‘Amaltas’ (regional name for Cassia Fistula), as a rural residential retreat, particularly addresses a distinct spatial domesticity by facilitating the requirements of its singular inhabitant i.e. the client herself, as opposed to the typicality of any residential space accommodating a multi-member family household. As a whole, this countryside house functions in accord with the surrounding invitatory landscape, interspersed courtyards, apertures for indirect daylighting and syncretic accents of inherited, artisanal and natural entities. Owing to its site-specific presence, the villa encompasses about 900 sq. m of area, across a 7000 sq. m plot, on the outskirts of Vadodara City, India.
It is in the emergence of an ever-changing intersubjectivity between any residential spatiality and its inhabitant/s, that the dynamics of domesticity evolves. This further leads to unfolding an array of conscious design determinants, which are flexible enough to accommodate temporal variances whilst still asserting coherency and user-oriented peculiarity. For an atypical single-user household like Amaltas, the design considerations including but not limited to an assimilation of functionality and aesthetics, extended beyond the conventional schematics of a space that usually resonates interdependency and familial convergence.
The resultant spatiality, thus incorporates four disparate zones, interlinked and contiguous alongside multiaxial circulatory connections. The essence of each zone differs distinctly by varying the degree of transparency, scale, natural light, privacy and layering. This approach also enunciates transitional experiences, transforming the user’s movement into a sequential yet seamless phenomenon.
As for the rural site for this residence, it came with a lush expanse of pre-existent mature trees with some sporadically grown climbers and thickets. Diagrammatically, the design evinces a dispersal from the formal center, with open, semi-open and closed spaces, structured through a series of courtyards which not only moderate the openness of each space but also enable natural ventilation and day-lighting. The volumes and voids formed as a resultant of the superimposition of the tilting grids, are marked by the prominence of broad brick walls.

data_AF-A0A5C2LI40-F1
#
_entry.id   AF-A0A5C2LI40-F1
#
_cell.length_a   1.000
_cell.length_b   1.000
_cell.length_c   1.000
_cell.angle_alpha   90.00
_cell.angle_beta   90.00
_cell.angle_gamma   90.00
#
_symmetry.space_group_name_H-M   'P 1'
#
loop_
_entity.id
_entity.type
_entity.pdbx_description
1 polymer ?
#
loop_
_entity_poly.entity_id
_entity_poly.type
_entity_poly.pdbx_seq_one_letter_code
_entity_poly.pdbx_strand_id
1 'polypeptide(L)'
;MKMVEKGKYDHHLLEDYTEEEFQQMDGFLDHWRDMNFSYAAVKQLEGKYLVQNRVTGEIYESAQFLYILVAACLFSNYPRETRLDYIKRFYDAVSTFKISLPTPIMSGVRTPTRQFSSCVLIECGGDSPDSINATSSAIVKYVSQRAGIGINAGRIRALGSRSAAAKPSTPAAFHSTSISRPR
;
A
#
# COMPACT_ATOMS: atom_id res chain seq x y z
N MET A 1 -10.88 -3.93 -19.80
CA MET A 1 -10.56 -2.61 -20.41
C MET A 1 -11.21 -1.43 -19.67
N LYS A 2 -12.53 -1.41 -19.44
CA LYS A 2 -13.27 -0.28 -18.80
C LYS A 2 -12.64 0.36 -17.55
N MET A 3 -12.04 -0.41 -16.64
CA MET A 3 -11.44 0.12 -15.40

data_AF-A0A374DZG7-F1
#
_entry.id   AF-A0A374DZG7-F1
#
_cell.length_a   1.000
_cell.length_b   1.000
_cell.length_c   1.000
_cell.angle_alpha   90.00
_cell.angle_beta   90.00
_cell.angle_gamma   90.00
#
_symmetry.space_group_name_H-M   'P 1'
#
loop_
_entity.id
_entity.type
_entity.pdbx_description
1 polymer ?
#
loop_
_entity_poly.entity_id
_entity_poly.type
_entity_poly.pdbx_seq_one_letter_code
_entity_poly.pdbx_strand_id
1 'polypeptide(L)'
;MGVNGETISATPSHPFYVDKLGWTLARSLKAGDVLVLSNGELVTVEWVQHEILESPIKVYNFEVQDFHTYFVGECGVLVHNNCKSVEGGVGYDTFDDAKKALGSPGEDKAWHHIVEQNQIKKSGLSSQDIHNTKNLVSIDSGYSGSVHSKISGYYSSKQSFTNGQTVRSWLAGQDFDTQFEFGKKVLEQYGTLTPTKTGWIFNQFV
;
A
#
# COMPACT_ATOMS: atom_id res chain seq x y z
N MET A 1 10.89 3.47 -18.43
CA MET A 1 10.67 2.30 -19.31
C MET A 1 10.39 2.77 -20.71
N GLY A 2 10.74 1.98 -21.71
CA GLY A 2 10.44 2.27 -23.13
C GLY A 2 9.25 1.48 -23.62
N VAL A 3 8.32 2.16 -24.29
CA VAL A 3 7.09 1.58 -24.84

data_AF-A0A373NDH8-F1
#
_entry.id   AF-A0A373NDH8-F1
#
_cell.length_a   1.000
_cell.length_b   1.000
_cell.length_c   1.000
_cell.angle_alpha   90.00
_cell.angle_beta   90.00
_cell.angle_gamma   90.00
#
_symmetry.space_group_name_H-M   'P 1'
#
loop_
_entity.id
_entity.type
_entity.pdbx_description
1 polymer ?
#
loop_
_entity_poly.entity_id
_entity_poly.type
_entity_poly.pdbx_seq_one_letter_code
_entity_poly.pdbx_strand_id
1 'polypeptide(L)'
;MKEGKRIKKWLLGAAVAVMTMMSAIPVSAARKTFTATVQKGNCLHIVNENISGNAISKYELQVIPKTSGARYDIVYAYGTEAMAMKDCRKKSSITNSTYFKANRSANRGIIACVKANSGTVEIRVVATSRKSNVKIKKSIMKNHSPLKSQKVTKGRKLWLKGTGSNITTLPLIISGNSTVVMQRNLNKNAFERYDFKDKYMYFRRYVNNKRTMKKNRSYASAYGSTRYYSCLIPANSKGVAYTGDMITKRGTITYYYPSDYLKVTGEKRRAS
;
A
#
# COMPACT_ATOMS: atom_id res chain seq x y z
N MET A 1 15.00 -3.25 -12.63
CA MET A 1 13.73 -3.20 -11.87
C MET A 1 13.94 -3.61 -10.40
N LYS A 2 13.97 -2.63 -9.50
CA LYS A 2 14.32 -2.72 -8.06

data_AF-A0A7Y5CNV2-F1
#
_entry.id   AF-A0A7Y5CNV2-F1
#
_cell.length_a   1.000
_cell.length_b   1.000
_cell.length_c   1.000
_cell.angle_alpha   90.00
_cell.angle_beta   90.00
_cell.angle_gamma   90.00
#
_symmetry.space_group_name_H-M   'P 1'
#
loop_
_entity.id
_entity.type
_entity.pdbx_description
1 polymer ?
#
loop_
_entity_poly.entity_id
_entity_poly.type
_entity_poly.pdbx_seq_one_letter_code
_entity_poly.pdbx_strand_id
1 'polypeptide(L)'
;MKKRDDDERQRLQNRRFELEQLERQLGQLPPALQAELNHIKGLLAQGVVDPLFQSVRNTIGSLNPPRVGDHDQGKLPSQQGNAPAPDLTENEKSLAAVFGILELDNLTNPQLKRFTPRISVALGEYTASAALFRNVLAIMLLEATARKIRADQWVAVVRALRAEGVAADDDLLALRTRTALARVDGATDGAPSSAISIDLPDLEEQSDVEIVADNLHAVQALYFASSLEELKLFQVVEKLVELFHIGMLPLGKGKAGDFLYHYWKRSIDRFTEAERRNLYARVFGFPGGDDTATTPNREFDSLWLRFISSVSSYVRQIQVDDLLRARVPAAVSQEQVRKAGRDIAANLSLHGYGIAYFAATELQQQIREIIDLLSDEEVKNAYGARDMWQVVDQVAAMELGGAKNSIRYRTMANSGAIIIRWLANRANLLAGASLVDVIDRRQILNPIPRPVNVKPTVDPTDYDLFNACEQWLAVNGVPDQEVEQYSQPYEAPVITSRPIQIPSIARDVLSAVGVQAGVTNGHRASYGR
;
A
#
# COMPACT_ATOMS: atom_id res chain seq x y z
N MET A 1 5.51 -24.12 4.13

The intent to disseminate the unconventionality of domesticity for this case, propelled the design to establish autonomous functionality, critically to a residential brief. This in turn, was addressed by dispersing discrete services and circulation for each spatial cluster; be it for user’s private domain or the residing guests’ wing or rather public areas in the core which can host frequent client meetings and social gatherings. While coping with the fluctuating subtropical climatic indicators for a residence of this scale, considerations for passive solar techniques included a clever use of layering wide verandas and service buffers. Thoughtful incorporation of thick load bearing brick masonry and RC frame structure, together allows the plan to deepen and achieve the desired hierarchical succession.
Amaltas rendered an opportunity to explore the objectivity of specific concerns for both, research and design, that ‘SquareWorks’ as a practice, concentrates upon. As rudimentary the idea of domesticity may seem, its predominant impact on spatial configurations, possesses immense discursive potential. Whereby, a rural residence such as Amaltas, serves as an open-ended enterprise to reflect and substantiate the comprehensive reciprocity shared by domesticity and residential spaces.